4. OK, now we pair with the phone. This is where you really need to have had those almonds and baby carrots. The watch and the phone are going to talk you through the steps, but at one point you'll be asked to type in a 6-digit number. The watch tells you what the number is, and you type it on the phone. If you're not a confident touch-screen typist, and you don't have an alternate input device (I'd call that a keyboard, really) then you'll just have to do this a bunch of times until you get it right. The watch and phone are infinitely patient, though. Count on them not to use the same tone of voice with you that you're likely using with them after the fifth try... The 6-digit number will be different each time, so you'll get a lot of typing practice, and eventually you'll either get good at it or you'll get an easy-to-remember and easy-to-type combo.
Steps for Pairing
1. Start the Apple Watch app on your phone. Don't have it? Upgrade your phone, the app will magically appear.
2. Pick the options until you get to the one for pairing your watch.
3. This option will invite you to align a camera view of the watch in the viewfinder visually. Don't despair, there is a button to allow you to pair manually. Pick that.
4. Now follow the prompts on both the watch and the phone. They need to be in agreement that pairing is being attempted. The watch will tell you what its temporary name is, and you'll pick that on the phone. If you're only in the vicinity of one watch, this is not challenging.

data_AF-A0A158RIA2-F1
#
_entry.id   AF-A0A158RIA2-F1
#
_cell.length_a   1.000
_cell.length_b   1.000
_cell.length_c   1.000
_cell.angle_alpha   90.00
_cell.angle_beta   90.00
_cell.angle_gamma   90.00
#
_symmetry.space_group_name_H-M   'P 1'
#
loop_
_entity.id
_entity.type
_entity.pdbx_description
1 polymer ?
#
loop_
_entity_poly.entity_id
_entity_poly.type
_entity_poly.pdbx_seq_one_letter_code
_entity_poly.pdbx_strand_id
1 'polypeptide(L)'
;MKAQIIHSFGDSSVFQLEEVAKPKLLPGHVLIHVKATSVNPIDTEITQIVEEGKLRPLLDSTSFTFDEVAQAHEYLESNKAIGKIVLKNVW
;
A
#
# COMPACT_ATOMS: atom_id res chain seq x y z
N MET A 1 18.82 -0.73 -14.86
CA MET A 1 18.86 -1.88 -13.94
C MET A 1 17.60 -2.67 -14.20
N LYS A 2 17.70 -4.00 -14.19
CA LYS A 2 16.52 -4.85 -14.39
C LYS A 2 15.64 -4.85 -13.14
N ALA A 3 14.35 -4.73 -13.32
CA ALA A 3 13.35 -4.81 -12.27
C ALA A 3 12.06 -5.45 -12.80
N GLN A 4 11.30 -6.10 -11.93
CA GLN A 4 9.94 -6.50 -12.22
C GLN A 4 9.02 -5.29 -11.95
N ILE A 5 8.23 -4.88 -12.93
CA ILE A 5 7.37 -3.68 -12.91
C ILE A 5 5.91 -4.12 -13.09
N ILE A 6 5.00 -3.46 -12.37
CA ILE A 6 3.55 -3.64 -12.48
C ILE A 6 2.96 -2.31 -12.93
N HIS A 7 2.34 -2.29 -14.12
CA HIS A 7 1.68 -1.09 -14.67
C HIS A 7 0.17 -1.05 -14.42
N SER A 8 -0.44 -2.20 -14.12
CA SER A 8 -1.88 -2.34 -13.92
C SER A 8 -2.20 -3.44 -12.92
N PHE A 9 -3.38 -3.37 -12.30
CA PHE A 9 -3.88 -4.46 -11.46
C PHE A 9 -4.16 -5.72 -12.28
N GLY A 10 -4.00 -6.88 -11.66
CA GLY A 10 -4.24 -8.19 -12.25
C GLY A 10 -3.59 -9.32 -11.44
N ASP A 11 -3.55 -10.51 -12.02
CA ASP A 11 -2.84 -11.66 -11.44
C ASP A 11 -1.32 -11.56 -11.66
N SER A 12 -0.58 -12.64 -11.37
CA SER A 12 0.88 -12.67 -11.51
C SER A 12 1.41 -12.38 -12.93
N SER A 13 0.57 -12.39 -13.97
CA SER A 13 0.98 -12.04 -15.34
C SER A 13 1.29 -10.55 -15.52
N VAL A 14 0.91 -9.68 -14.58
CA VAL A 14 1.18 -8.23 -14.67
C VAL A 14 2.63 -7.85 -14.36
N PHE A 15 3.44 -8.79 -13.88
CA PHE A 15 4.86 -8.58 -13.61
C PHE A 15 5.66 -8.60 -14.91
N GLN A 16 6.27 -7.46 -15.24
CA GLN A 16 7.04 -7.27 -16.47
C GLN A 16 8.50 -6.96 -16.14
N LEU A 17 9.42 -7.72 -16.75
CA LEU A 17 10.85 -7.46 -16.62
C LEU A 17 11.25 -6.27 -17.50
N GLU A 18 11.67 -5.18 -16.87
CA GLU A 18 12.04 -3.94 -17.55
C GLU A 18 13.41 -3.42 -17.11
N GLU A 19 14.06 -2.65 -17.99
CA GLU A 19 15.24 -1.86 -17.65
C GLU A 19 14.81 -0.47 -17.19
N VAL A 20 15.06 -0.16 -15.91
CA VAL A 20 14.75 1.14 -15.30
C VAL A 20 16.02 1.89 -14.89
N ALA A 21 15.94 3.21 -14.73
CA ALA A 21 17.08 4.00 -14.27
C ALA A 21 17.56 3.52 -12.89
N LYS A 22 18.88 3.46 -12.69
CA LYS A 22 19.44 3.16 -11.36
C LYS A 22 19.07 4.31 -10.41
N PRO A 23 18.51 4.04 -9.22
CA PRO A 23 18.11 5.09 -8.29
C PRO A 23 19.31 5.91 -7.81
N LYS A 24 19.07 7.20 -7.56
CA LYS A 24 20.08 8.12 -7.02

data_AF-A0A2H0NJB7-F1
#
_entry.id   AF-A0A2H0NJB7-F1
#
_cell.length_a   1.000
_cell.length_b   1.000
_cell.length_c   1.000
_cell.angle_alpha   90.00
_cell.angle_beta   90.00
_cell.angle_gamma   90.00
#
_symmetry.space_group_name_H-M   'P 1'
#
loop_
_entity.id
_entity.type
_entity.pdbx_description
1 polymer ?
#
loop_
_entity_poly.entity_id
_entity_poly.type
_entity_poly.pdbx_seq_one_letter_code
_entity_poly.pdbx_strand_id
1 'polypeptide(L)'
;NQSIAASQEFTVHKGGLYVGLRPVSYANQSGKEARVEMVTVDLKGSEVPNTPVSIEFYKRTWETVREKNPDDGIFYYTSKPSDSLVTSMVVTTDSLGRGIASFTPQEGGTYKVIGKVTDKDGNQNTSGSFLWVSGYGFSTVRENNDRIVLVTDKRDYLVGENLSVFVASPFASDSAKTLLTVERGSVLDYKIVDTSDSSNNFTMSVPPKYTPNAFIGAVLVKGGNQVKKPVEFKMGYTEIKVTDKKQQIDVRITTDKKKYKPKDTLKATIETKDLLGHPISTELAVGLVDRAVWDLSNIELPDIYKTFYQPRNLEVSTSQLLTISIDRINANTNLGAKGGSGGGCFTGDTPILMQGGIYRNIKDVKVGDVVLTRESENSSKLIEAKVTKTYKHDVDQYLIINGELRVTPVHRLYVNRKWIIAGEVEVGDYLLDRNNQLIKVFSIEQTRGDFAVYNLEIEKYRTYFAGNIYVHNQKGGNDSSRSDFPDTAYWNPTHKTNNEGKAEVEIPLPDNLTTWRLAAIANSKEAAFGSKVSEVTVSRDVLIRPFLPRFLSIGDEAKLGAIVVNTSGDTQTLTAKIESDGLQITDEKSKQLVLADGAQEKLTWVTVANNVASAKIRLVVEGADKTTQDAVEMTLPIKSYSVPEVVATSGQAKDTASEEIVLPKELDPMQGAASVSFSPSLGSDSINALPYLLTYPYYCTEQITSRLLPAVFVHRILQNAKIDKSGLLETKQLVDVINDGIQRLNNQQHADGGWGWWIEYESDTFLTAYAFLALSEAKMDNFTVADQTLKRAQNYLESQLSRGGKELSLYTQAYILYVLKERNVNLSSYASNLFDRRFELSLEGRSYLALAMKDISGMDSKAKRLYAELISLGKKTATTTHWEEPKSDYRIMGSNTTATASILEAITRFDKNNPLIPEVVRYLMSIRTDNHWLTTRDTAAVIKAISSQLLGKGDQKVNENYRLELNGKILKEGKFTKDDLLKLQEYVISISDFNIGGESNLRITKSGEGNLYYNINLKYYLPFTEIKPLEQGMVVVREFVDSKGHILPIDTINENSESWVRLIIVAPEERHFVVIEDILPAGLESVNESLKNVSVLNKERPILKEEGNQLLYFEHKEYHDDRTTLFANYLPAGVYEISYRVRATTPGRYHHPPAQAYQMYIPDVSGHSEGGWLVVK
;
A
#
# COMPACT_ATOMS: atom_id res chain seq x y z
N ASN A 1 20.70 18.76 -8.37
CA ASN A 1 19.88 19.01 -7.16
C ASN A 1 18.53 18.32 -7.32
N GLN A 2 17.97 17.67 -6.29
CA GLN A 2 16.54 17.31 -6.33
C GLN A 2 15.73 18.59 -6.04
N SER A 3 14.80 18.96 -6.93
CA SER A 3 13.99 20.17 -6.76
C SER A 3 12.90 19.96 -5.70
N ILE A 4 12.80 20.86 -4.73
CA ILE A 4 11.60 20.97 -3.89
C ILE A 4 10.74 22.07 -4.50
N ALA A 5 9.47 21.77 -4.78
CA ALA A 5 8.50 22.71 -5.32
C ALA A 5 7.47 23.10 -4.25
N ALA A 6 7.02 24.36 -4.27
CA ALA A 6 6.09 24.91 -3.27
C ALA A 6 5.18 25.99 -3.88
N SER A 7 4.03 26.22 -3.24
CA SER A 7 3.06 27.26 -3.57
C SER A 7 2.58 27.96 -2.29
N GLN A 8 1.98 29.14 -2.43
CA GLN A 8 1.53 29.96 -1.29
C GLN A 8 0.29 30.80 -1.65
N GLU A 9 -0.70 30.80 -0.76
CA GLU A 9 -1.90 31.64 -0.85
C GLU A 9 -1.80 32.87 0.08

Once the phone and the watch have found each other and you've agreed that this is the watch with which you're pairing, you'll get the six-digit code on the watch and type that into the phone. You have a very short time to do it.
If Apple wants feedback on this step, I'd love to have a longer time to do the typing, and love it even more if the code were shorter. Love it yet more if it would stay the same so I could just keep trying it, without having to get the watch to read it each time, while trying to type it on the other device. OK, I'm looking for those improvements in the next version.
Got the code typed in? Do a happy dance. Now, you're really done if you just want to go play with your new gadget. If you'd like to do things like make the screen more visible or the voice louder or faster, stick with me. And, after you play with it for a bit and want some tips, come back.
You can set a few accessibility items on the watch itself, under "settings." But, for this first pass, you'll be happier on your phone, because you have a lot more options, and you'll be in familiar navigation territory.
On the iPhone, go back to the Apple Watch app.
Pick "My Watch."
Pick "Accessibility" (this should be sounding familiar).
Turn it on.
While there, set the volume and rate.
Experiment with "Speak on Wrist Raise." When it's on, every time you raise your wrist, the watch wakes up and talks. Could be useful. I thought it was too much jabbering.
You can back out of the VoiceOver option and set grayscale and other options as well. I stopped with the VoiceOver options.